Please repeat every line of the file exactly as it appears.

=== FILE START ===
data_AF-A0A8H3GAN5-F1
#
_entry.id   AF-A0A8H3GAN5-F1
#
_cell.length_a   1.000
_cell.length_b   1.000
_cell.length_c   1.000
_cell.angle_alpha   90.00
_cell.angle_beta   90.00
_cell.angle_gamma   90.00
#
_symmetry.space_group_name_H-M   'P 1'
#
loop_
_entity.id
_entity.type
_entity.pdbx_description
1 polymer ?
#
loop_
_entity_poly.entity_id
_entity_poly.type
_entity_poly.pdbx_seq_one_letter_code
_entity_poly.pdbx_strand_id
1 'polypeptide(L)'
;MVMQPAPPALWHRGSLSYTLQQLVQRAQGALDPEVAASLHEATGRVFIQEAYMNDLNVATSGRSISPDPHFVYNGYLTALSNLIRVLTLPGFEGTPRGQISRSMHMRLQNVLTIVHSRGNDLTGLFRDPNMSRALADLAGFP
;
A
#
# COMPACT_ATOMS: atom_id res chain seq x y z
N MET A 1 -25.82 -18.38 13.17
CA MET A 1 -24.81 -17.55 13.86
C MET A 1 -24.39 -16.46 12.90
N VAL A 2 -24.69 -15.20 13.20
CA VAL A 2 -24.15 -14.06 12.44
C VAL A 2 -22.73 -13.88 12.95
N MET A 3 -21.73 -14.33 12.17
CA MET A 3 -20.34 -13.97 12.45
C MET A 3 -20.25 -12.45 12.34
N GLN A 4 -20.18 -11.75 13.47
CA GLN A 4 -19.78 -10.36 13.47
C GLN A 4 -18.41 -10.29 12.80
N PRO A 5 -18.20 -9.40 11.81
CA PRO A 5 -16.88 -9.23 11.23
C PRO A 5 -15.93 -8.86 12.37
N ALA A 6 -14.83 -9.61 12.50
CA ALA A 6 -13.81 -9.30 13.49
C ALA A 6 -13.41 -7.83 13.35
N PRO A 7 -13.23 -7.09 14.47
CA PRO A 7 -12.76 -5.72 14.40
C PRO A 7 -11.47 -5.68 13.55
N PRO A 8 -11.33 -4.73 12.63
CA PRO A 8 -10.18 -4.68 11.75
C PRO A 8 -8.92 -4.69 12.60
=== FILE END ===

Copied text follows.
data_AF-A0A8H3GAN5-F1
#
_entry.id   AF-A0A8H3GAN5-F1
#
_cell.length_a   1.000
_cell.length_b   1.000
_cell.length_c   1.000
_cell.angle_alpha   90.00
_cell.angle_beta   90.00
_cell.angle_gamma   90.00
#
_symmetry.space_group_name_H-M   'P 1'
#
loop_
_entity.id
_entity.type
_entity.pdbx_description
1 polymer ?
#
loop_
_entity_poly.entity_id
_entity_poly.type
_entity_poly.pdbx_seq_one_letter_code
_entity_poly.pdbx_strand_id
1 'polypeptide(L)'
;MVMQPAPPALWHRGSLSYTLQQLVQRAQGALDPEVAASLHEATGRVFIQEAYMNDLNVATSGRSISPDPHFVYNGYLTALSNLIRVLTLPGFEGTPRGQISRSMHMRLQNVLTIVHSRGNDLTGLFRDPNMSRALADLAGFP
;
A
#
# COMPACT_ATOMS: atom_id res chain seq x y z
N MET A 1 -25.82 -18.38 13.17
CA MET A 1 -24.81 -17.55 13.86
C MET A 1 -24.39 -16.46 12.90
N VAL A 2 -24.69 -15.20 13.20
CA VAL A 2 -24.15 -14.06 12.44
C VAL A 2 -22.73 -13.88 12.95
N MET A 3 -21.73 -14.33 12.17
CA MET A 3 -20.34 -13.97 12.45
C MET A 3 -20.25 -12.45 12.34
N GLN A 4 -20.18 -11.75 13.47
CA GLN A 4 -19.78 -10.36 13.47
C GLN A 4 -18.41 -10.29 12.80
N PRO A 5 -18.20 -9.40 11.81
CA PRO A 5 -16.88 -9.23 11.23
C PRO A 5 -15.93 -8.86 12.37
N ALA A 6 -14.83 -9.61 12.50
CA ALA A 6 -13.81 -9.30 13.49
C ALA A 6 -13.41 -7.83 13.35
N PRO A 7 -13.23 -7.09 14.47
CA PRO A 7 -12.76 -5.72 14.40
C PRO A 7 -11.47 -5.68 13.55
N PRO A 8 -11.33 -4.73 12.63
CA PRO A 8 -10.18 -4.68 11.75
C PRO A 8 -8.92 -4.69 12.60